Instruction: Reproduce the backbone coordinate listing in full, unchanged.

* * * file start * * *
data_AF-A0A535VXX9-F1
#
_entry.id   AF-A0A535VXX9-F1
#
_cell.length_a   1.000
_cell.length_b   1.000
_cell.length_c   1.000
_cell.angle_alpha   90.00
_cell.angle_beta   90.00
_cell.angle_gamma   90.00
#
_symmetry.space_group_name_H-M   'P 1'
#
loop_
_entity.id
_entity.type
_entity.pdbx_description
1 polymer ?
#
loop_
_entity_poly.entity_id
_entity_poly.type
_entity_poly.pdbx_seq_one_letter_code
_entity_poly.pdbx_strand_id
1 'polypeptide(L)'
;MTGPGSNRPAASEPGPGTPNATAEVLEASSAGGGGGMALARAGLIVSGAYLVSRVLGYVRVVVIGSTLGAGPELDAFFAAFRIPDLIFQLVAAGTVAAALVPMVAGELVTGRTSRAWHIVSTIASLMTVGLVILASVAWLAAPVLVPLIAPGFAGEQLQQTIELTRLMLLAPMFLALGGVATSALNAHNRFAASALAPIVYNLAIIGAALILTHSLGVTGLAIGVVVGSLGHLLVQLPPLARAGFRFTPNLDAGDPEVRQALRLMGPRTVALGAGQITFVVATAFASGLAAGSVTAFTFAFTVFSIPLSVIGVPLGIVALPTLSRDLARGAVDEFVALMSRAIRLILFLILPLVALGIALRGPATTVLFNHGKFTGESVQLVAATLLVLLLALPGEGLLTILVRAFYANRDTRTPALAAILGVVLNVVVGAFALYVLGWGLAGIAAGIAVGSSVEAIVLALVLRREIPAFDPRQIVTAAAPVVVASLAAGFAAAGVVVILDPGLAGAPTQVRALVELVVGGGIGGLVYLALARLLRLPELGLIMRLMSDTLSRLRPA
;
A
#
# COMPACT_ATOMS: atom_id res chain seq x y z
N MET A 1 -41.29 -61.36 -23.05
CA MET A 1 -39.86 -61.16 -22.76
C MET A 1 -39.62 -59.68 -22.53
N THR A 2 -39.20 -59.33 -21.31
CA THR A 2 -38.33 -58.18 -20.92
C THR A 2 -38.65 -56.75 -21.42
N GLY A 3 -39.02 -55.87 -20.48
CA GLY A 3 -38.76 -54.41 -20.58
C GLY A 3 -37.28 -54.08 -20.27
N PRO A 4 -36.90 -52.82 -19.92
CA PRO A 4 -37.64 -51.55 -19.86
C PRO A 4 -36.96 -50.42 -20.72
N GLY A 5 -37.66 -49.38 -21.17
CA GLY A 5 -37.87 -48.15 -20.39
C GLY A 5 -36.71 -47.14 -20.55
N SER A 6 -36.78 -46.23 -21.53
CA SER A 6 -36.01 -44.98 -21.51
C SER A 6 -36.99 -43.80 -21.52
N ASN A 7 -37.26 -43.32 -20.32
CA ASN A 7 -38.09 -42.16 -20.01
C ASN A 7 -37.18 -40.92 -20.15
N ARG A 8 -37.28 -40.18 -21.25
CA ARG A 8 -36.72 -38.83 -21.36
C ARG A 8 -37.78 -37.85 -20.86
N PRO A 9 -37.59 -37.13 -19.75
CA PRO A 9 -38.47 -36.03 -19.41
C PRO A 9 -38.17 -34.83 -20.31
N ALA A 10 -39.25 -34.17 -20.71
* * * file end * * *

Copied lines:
data_AF-A0A535VXX9-F1
#
_entry.id   AF-A0A535VXX9-F1
#
_cell.length_a   1.000
_cell.length_b   1.000
_cell.length_c   1.000
_cell.angle_alpha   90.00
_cell.angle_beta   90.00
_cell.angle_gamma   90.00
#
_symmetry.space_group_name_H-M   'P 1'
#
loop_
_entity.id
_entity.type
_entity.pdbx_description
1 polymer ?
#
loop_
_entity_poly.entity_id
_entity_poly.type
_entity_poly.pdbx_seq_one_letter_code
_entity_poly.pdbx_strand_id
1 'polypeptide(L)'
;MTGPGSNRPAASEPGPGTPNATAEVLEASSAGGGGGMALARAGLIVSGAYLVSRVLGYVRVVVIGSTLGAGPELDAFFAAFRIPDLIFQLVAAGTVAAALVPMVAGELVTGRTSRAWHIVSTIASLMTVGLVILASVAWLAAPVLVPLIAPGFAGEQLQQTIELTRLMLLAPMFLALGGVATSALNAHNRFAASALAPIVYNLAIIGAALILTHSLGVTGLAIGVVVGSLGHLLVQLPPLARAGFRFTPNLDAGDPEVRQALRLMGPRTVALGAGQITFVVATAFASGLAAGSVTAFTFAFTVFSIPLSVIGVPLGIVALPTLSRDLARGAVDEFVALMSRAIRLILFLILPLVALGIALRGPATTVLFNHGKFTGESVQLVAATLLVLLLALPGEGLLTILVRAFYANRDTRTPALAAILGVVLNVVVGAFALYVLGWGLAGIAAGIAVGSSVEAIVLALVLRREIPAFDPRQIVTAAAPVVVASLAAGFAAAGVVVILDPGLAGAPTQVRALVELVVGGGIGGLVYLALARLLRLPELGLIMRLMSDTLSRLRPA
;
A
#
# COMPACT_ATOMS: atom_id res chain seq x y z
N MET A 1 -41.29 -61.36 -23.05
CA MET A 1 -39.86 -61.16 -22.76
C MET A 1 -39.62 -59.68 -22.53
N THR A 2 -39.20 -59.33 -21.31
CA THR A 2 -38.33 -58.18 -20.92
C THR A 2 -38.65 -56.75 -21.42
N GLY A 3 -39.02 -55.87 -20.48
CA GLY A 3 -38.76 -54.41 -20.58
C GLY A 3 -37.28 -54.08 -20.27
N PRO A 4 -36.90 -52.82 -19.92
CA PRO A 4 -37.64 -51.55 -19.86
C PRO A 4 -36.96 -50.42 -20.72
N GLY A 5 -37.66 -49.38 -21.17
CA GLY A 5 -37.87 -48.15 -20.39
C GLY A 5 -36.71 -47.14 -20.55
N SER A 6 -36.78 -46.23 -21.53
CA SER A 6 -36.01 -44.98 -21.51
C SER A 6 -36.99 -43.80 -21.52
N ASN A 7 -37.26 -43.32 -20.32
CA ASN A 7 -38.09 -42.16 -20.01
C ASN A 7 -37.18 -40.92 -20.15
N ARG A 8 -37.28 -40.18 -21.25
CA ARG A 8 -36.72 -38.83 -21.36
C ARG A 8 -37.78 -37.85 -20.86
N PRO A 9 -37.59 -37.13 -19.75
CA PRO A 9 -38.47 -36.03 -19.41
C PRO A 9 -38.17 -34.83 -20.31
N ALA A 10 -39.25 -34.17 -20.71